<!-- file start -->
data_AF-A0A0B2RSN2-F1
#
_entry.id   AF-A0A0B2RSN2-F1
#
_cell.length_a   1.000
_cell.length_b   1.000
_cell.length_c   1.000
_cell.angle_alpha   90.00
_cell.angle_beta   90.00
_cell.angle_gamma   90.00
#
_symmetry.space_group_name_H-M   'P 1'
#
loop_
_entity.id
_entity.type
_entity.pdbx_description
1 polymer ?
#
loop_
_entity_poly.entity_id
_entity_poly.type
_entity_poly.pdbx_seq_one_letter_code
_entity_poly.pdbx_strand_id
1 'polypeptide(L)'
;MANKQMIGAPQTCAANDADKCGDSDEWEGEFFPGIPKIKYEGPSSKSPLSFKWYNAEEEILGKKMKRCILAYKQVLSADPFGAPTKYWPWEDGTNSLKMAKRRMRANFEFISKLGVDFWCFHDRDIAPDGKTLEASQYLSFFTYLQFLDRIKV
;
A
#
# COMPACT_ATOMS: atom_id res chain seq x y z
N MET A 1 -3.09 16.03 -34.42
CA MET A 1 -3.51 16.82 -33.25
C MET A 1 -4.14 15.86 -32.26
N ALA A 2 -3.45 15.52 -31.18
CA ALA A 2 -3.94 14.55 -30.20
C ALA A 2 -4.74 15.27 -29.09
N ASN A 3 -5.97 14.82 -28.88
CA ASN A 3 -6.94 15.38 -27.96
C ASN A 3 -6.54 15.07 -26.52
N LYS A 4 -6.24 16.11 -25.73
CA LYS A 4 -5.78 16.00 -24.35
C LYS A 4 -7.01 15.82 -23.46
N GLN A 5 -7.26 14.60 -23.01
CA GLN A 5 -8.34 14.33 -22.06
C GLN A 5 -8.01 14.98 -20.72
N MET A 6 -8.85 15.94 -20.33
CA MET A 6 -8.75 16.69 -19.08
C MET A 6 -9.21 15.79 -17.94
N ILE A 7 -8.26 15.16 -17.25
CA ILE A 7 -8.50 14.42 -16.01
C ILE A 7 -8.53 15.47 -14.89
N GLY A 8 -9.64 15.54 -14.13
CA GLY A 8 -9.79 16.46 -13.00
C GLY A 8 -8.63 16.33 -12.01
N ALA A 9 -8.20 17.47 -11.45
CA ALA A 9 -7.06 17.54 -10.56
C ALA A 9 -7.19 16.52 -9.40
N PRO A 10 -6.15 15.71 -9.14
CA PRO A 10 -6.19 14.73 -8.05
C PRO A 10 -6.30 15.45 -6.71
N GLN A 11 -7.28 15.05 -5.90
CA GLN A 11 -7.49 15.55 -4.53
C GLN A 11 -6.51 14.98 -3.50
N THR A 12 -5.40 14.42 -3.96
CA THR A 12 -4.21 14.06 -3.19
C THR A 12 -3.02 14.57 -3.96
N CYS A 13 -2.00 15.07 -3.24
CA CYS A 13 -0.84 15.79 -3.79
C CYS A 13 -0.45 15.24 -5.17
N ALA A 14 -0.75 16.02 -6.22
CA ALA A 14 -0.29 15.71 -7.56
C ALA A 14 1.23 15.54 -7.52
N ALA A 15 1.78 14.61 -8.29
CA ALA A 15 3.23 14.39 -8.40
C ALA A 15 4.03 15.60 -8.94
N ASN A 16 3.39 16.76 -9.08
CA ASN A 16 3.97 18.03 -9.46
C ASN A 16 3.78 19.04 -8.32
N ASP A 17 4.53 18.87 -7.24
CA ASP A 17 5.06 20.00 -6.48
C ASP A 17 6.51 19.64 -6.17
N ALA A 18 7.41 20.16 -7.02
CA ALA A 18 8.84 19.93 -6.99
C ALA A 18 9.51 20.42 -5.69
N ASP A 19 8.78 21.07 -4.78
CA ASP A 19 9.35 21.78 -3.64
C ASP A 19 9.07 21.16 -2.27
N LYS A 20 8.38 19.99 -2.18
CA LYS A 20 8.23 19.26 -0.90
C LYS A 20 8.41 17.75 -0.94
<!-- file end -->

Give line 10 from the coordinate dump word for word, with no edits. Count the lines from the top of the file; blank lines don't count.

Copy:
_cell.angle_gamma   90.00